As New Zealand’s problematic assisted suicide law came into effect on November 7, a group of alarmed citizens is stepping up where their government hasn’t, to protect vulnerable people in their country.
#DefendNZ, which describes itself as “a grassroots movement of diverse people – young and old, of all ethnicities and backgrounds, and from a full range of political and religious persuasions,” relaunched the same day the law went into effect.
“Today our nation has undergone one of the most seismic shifts in law, healthcare, and medical ethics in its entire history. As of this moment, some New Zealanders now wield the state-sanctioned legal power to deliberately end the lives of others, or to assist in their suicides,” said #DefendNZ spokesperson Henoch Kloosterboer, according to SCOOP. “To think that there will be no harms that will come from this is to be unaware of the many problems unfolding overseas in the limited number of places that have also legalized these practices – and this includes the harm of wrongful killings.”
New Zealand’s End of Life Choice Act (EOLCA) went into effect after having been passed by New Zealand’s legislature in 2019 and ratified by a referendum in October 2020 that one New Zealand pro-life group pointed out was based on widespread public misperceptions of what the law would entail. The country’s EOLCA has been criticized on many fronts, including under-training doctors in end-of-life care, exacerbating the lack of palliative care available in the country, and providing few safeguards to protect the most vulnerable.
“The Act creates a new legal class of tens of thousands of people in New Zealand who are deemed by the state to be living lives so meaningless that the state is happy to condone and/or carry out their killing. Instead of ending a person’s suffering, it will end the person who suffers. The law is flawed. Its protections are flimsy. And its accountability mechanisms are feeble. Together we must protect, expose and improve to #DefendNZ,” asserts #DefendNZ’s website.
The Ministry of Health’s Assisted Dying Service claims that the law applies to “New Zealanders aged 18 or over who have a terminal illness that is likely to end their life within six months,” according to the ministry’s website. The Assisted Dying Service claims that the law has “strict eligibility criteria to have an assisted death,” and the process requires “specific steps, medical assessments, and important safeguards.”
Yet according to Euthanasia-Free NZ, the EOLCA has among the flimsiest protections of euthanasia laws around the world. The law does not require physicians to check for depression, and doctors do not have to validate mental competency on the day a patient receives his or her lethal dose. Unlike many euthanasia laws, the EOLCA does not require a waiting period; a patient could be euthanized in as little as four days after requesting assisted suicide, all without needing to tell any loved ones. There is no requirement for a patient to receive treatment or palliative care first, and no requirement for a patient to consult with a specialist for medical treatment prior to being approved for euthanasia. Under the EOLCA, no independent witnesses are required at any stage of the process.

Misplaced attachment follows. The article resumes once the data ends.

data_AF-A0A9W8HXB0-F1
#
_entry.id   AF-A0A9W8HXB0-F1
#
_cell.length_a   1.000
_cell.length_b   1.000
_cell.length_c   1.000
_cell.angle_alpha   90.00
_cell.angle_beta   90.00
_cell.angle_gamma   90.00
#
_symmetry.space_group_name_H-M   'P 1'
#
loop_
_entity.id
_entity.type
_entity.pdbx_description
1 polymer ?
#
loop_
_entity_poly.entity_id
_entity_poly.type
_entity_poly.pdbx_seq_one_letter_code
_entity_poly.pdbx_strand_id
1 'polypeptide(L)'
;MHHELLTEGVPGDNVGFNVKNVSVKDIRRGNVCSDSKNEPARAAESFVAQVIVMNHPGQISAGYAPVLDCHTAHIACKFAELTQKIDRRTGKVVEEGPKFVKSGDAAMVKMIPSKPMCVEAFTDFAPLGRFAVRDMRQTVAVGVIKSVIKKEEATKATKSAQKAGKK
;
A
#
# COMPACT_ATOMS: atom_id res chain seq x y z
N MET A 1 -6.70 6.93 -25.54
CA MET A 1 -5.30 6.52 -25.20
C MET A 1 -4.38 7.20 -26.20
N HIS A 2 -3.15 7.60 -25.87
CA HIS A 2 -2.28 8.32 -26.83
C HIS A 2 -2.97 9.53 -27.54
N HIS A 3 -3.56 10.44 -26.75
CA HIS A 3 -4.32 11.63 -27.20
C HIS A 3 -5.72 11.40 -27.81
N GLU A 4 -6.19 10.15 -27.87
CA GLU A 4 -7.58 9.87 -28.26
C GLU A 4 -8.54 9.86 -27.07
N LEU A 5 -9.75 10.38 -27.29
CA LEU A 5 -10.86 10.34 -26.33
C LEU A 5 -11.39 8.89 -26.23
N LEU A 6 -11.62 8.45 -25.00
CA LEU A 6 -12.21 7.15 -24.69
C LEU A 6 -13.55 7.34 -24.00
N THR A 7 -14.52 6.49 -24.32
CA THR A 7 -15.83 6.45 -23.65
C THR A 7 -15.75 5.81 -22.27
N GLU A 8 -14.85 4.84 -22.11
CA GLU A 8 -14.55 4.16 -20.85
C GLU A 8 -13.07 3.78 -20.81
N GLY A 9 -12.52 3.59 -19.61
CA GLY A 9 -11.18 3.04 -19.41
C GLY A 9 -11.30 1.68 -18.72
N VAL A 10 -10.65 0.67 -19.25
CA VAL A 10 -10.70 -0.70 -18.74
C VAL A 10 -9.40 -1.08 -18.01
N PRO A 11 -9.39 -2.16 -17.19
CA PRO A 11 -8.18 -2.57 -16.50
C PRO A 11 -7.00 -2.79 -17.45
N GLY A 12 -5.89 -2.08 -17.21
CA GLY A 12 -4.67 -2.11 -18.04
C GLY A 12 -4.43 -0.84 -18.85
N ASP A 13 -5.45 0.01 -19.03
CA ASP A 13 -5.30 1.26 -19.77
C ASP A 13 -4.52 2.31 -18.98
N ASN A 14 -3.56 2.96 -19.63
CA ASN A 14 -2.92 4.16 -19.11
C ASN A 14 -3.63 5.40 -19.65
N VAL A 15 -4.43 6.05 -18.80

#DefendNZ’s mission is focused on protesting the law, raising awareness about its dangers, and ultimately changing hearts and minds. #DefendNZ’s mission is to “protect the vulnerable from the inadequacies and risks created by the End of Life Choice Act (EOLCA),” by educating “patients, families, medical practitioners and wider society,” according to the group’s website. The group also seeks to “expose abuses, illegal practices, systematic failures, misinformation, and coercive marketing” as well as “improve authentic end-of-life care by lobbying the Government to make the Act safer and connecting people to support organisations.”
#DefendNZ’s website warns of the unintended consequences of assisted suicide laws like EOLCA by highlighting the very real dangers for people with disabilities, the elderly, and those with terminal illnesses. The group also argues that EOLCA will exacerbate ableism, ageism, and elder abuse. Examples of these kinds of tragic abuses are common in countries that have legalized assisted suicide. Statistics from the Netherlands showed that 208 people with mental disabilities were euthanized in 2020, as Live Action News reported — a number that has continued to increase yearly, up from 12 people killed due to mental disability in 2012.
“Some may have wrongly assumed that this debate was over now that the EOLCA has come into force, when what this actually means is that our advocacy for the vulnerable put at risk by this law is more critical than ever before,” said Kloosterboer, according to SCOOP.
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